Copyright 1997 President and Fellows of Harvard College  
Harvard Business Review

January, 1997 / February, 1997

SECTION: Pg. 116

LENGTH: 3577 words

HEADLINE: Mass Customization at Hewlett-Packard: The Power of Postponement

BYLINE: by Edward Feitzinger and Hau L. Lee; Edward Feitzinger is a process-technology manager at the Hewlett-Packard Company's strategic planning and modeling unit in Palo Alto, California. Hau L. Lee is a professor of industrial engineering and engineering management and the director of the Stanford Global Supply Chain Management Center at Stanford University in Palo Alto.

ABSTRACT:
MASS CUSTOMIZATION AT HEWLETT-PACKARD: THE POWER OF POSTPONEMENT

EDWARD FEITZINGER and HAU L. LEE

In many mass markets, companies are facing a predicament: customers are demanding not only ever faster order fulfillment but also highly customized products and services. Edward Feitzinger and Hau Lee show how the Hewlett-Packard Company and others have proved that one indeed can deliver customized products quickly and at a low cost.

The key to mass-customizing effectively is postponing the task of differentiating a product for a specific customer until the latest possible point in the supply network (a company's supply, manufacturing, and distribution chain). Instead of taking a piecemeal approach, companies must rethink and integrate the designs of their products, the processes used to make and deliver those products, and the configuration of their entire supply network. By adopting such a comprehensive approach, they can operate at maximum efficiency and quickly meet customers' orders with a minimum amount of inventory.

Three organizational design principles together form the basic building blocks of an effective mass-customization program. First, a product should be designed so that it consists of independent modules that can be assembled into different forms of the product easily and inexpensively. Second, manufacturing processes should be designed so that they, too, consist of independent modules that can be moved or rearranged easily. Third, the supply network should be designed to supply the basic product to the facilities performing the customization in a costeffective manner. It should have the flexibility and responsiveness to take individual orders and deliver the finished, customized goods quickly.

BODY:
In many mass markets, companies are facing a predicament. On the one hand, customers are demanding that their orders be fulfilled ever more quickly. On the other hand, they are demanding highly customized products and services. Even without trying to customize their products, most companies have found it difficult to fulfill orders swiftly and at an acceptable cost. Is it possible, then, to mass-customize products, deliver them rapidly, and at the same time reduce costs?

The Hewlett-Packard Company has confronted these pressures in many of its businesses, including computers, printers, and medical products. It has proved that companies indeed can deliver customized products quickly and at a low cost. Some companies in such industries as apparel, paint, and consumer electronics have had similar success: they have dramatically increased their product variety, slashed the time they require to fulfill customers' orders, and reduced costs. Other companies have not: they have mass-customized only to see their costs soar out of control.

The key to mass-customizing effectively is postponing the task of differentiating a product for a specific customer until the latest possible point in the supply network (a company's supply, manufacturing, and distribution chain). Instead of taking a piecemeal approach, companies must rethink and integrate the designs of their products, the processes used to make and deliver those products, and the configuration of the entire supply network. By adopting such a comprehensive approach, companies can operate at maximum efficiency and quickly meet customers' orders with a minimum amount of inventory.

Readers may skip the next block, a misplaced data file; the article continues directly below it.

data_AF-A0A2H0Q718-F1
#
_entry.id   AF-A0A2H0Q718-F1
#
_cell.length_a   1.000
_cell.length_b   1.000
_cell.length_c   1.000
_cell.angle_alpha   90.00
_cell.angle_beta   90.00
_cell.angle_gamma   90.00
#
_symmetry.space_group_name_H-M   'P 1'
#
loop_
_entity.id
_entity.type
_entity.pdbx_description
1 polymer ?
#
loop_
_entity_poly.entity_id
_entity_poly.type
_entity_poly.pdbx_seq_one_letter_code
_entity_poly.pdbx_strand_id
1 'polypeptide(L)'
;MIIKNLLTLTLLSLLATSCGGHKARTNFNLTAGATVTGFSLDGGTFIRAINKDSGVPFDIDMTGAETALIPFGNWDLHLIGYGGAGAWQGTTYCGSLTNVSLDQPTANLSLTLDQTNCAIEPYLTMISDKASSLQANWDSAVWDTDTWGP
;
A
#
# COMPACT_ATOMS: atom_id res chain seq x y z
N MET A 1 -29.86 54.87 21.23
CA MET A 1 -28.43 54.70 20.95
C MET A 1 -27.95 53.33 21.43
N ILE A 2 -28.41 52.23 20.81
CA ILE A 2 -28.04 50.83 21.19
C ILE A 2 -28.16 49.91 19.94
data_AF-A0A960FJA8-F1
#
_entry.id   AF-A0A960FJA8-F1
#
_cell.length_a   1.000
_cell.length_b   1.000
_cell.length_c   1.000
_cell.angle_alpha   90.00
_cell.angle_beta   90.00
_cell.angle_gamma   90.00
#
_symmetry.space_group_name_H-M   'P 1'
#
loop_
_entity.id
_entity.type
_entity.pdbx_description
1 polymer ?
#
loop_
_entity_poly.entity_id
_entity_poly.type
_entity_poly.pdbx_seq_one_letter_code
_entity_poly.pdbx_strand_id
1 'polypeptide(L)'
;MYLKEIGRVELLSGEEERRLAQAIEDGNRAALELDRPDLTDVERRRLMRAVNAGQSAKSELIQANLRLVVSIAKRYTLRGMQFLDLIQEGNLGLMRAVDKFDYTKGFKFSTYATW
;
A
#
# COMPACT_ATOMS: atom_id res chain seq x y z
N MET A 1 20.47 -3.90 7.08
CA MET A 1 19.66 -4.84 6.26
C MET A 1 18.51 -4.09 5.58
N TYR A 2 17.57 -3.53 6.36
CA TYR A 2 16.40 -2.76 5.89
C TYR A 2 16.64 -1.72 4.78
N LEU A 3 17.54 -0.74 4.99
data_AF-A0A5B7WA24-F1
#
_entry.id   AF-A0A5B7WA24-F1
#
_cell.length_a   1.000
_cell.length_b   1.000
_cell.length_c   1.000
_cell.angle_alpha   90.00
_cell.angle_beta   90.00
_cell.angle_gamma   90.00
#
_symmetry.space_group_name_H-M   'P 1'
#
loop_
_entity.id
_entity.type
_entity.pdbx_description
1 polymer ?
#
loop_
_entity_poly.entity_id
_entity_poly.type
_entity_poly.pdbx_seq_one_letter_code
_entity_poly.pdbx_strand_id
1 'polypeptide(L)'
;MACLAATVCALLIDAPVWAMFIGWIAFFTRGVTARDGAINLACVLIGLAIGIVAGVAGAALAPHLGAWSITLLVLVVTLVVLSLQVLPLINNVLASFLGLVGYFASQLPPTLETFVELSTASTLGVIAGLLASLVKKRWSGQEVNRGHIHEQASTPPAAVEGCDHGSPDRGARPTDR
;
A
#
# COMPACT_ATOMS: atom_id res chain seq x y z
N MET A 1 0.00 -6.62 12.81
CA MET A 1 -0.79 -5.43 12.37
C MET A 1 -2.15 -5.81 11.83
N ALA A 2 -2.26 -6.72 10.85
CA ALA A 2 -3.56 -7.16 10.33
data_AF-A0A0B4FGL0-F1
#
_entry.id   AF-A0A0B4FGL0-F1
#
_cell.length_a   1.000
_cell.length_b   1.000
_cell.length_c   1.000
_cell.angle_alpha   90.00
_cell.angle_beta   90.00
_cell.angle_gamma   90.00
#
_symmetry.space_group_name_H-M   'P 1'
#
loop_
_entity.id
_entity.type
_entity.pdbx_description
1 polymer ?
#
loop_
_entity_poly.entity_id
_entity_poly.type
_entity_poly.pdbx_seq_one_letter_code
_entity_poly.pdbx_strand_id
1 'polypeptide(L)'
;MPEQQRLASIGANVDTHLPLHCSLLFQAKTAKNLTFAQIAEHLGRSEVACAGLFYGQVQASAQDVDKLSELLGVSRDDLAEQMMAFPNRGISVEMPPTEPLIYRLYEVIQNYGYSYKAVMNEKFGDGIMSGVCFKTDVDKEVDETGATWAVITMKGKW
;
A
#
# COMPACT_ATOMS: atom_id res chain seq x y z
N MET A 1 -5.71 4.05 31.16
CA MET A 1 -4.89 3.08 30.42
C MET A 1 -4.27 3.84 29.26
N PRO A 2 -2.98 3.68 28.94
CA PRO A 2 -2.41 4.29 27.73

Three organizational-design principles together form the basic building blocks of an effective mass-customization program:
* A product should be designed so it consists of independent modules that can be assembled into different forms of the product easily and inexpensively.
* Manufacturing processes should be designed so that they, too, consist of independent modules that can be moved or rearranged easily to support different distribution-network designs.
* The supply network -- the positioning of inventory and the location, number, and structure of manufacturing and distribution facilities -- should be designed to provide two capabilities. First, it must be able to supply the basic product to the facilities performing the customization in a cost-effective manner. Second, it must have the flexibility and the responsiveness to take individual customers' orders and deliver the finished, customized goods quickly.
 
Modular Product Design

A product with a modular design provides a supply network with the flexibility that it requires to customize a product quickly and inexpensively. Such a design separates the composition of end products into parts or subassemblies, some of which are common to all product options, others of which are not. A modular product design has three benefits. First, a company can maximize the number of standard components it uses in all forms of the product, assemble those components for all product options in the earlier stages of the assembly process, and postpone the addition of the components that differentiate the product until the later stages of the process. Second, a company can make the modules of the product separately; in fact, it can manufacture different modules at the same time, which significantly shortens the total time required for production. Third, a company can more easily diagnose production problems and isolate potential quality problems.